The version of HAL that the FDA has approved is called HAL for Medical Use, and it's designed to help people with lower limb disabilities get better at walking on their own. There are other exoskeletons that help rehabilitate people through physical walking motions, but HAL is unique in the way that it relies on a mixture of voluntary control and autonomous control, using the wearer's own nervous system to signal the robot when and how to move. According to Cyberdyne, this makes the rehabilitation process more effective, because it's not just the robot moving— it's you.
Medical exoskeletons are not just science fiction. Read this excerpt from Fritz Leiber's 1968 novel A Specter is Haunting Texas, in which a man who grew up in a microgravity environment visited Earth:
This truly magnificent, romantically handsome, rather lean man was standing on two corrugated-soled titanium footplates. From the outer edge of each rose a narrow titanium T-beam that followed the line of his leg, with a joint (locked now) at the knee, up to another joint with a titanium pelvic girdle and shallow belly support. From the back of this girdle a T-spine rose to support a shoulder yoke and rib cage, all of the same metal. The rib cage was artistically slotted to save weight, so that curving strips followed the line of each of his very prominent ribs.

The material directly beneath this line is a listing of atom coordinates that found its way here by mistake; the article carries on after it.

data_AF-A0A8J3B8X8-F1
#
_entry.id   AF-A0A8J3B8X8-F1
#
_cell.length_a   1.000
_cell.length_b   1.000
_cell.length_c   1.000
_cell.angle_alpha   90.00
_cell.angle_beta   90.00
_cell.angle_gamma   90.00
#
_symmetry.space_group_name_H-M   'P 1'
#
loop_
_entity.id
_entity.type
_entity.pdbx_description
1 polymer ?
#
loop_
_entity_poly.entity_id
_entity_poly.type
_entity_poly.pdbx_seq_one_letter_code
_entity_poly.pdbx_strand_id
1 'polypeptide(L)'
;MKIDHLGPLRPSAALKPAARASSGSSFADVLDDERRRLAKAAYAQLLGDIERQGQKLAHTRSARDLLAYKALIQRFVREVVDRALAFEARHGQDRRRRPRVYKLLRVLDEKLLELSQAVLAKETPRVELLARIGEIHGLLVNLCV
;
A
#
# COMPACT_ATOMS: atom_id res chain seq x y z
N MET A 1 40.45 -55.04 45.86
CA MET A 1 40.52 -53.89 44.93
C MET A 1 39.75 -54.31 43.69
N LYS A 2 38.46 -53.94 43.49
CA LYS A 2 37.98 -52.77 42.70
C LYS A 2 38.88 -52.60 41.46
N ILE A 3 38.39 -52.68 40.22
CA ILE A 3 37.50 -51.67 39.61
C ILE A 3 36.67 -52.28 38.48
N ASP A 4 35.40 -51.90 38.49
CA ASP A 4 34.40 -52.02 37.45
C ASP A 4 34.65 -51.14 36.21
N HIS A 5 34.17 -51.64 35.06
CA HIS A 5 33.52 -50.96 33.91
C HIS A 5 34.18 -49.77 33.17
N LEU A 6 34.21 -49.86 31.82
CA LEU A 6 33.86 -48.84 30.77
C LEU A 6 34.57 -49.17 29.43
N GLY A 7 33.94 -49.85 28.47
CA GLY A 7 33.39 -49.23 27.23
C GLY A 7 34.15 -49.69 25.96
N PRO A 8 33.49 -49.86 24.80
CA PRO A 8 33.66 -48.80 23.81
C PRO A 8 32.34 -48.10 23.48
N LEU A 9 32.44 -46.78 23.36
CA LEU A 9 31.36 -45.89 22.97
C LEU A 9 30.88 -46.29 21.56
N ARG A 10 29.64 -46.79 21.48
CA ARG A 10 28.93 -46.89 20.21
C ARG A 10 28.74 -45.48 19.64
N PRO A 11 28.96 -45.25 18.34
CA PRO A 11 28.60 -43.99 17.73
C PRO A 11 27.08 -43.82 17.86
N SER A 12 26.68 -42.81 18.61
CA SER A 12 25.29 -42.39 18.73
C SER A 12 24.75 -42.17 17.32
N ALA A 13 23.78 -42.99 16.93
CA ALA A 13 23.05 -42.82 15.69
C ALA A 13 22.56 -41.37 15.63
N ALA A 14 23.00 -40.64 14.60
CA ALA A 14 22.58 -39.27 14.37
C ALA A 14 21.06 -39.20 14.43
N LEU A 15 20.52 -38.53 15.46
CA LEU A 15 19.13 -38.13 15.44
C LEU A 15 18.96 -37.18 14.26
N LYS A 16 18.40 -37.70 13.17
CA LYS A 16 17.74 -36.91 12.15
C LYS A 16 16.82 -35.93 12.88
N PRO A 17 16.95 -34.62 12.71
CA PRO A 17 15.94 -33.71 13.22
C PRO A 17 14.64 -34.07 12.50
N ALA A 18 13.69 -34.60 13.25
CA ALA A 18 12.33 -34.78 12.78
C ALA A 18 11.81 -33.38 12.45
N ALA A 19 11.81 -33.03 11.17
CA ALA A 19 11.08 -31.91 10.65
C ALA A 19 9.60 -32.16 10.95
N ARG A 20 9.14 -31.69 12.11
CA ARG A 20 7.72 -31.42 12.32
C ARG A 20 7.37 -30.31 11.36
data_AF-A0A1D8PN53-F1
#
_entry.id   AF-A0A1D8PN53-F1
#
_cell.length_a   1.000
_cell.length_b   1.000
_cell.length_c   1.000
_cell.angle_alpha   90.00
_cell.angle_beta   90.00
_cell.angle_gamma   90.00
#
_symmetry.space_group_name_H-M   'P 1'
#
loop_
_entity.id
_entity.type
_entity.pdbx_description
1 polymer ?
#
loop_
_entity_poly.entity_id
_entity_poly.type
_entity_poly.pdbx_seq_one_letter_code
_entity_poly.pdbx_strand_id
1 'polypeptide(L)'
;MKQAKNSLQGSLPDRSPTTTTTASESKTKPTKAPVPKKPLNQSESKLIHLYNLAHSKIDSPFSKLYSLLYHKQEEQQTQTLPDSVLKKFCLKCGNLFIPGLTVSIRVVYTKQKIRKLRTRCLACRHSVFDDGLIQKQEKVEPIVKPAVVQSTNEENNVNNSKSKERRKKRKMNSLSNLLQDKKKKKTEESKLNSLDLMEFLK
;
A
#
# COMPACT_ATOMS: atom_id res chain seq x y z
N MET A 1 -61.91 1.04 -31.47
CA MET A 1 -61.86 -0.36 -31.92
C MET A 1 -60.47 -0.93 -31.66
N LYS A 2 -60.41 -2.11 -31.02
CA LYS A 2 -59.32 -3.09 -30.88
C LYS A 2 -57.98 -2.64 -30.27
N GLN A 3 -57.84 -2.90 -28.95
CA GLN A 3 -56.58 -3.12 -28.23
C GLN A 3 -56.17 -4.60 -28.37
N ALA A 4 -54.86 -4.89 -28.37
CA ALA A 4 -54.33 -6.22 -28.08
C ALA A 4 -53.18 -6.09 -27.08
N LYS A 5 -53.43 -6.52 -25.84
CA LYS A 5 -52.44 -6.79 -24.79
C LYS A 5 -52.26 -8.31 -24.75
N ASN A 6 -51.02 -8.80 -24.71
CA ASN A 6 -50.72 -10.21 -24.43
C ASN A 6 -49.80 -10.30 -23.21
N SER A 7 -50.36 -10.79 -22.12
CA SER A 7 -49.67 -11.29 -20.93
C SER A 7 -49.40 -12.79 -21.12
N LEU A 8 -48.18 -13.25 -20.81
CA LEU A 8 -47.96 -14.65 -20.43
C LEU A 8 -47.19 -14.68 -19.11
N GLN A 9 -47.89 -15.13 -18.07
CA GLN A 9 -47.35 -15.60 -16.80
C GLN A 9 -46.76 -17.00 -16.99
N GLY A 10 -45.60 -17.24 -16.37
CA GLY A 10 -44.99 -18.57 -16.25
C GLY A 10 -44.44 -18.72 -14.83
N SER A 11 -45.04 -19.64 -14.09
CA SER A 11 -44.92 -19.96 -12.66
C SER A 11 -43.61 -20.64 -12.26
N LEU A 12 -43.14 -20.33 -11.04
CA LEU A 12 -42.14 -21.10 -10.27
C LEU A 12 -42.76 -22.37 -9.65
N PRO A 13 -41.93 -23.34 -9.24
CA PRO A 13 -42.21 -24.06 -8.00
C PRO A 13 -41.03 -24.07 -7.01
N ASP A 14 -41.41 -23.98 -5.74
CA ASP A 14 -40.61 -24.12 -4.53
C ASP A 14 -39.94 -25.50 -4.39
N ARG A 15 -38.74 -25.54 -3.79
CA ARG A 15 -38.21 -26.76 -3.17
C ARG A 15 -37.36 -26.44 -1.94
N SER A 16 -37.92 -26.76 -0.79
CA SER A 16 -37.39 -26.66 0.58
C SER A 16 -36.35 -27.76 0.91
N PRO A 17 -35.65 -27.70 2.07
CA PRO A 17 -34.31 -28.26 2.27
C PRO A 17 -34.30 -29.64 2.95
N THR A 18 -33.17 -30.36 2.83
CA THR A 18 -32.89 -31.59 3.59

(Read more about Leiber's titanium exoskeleton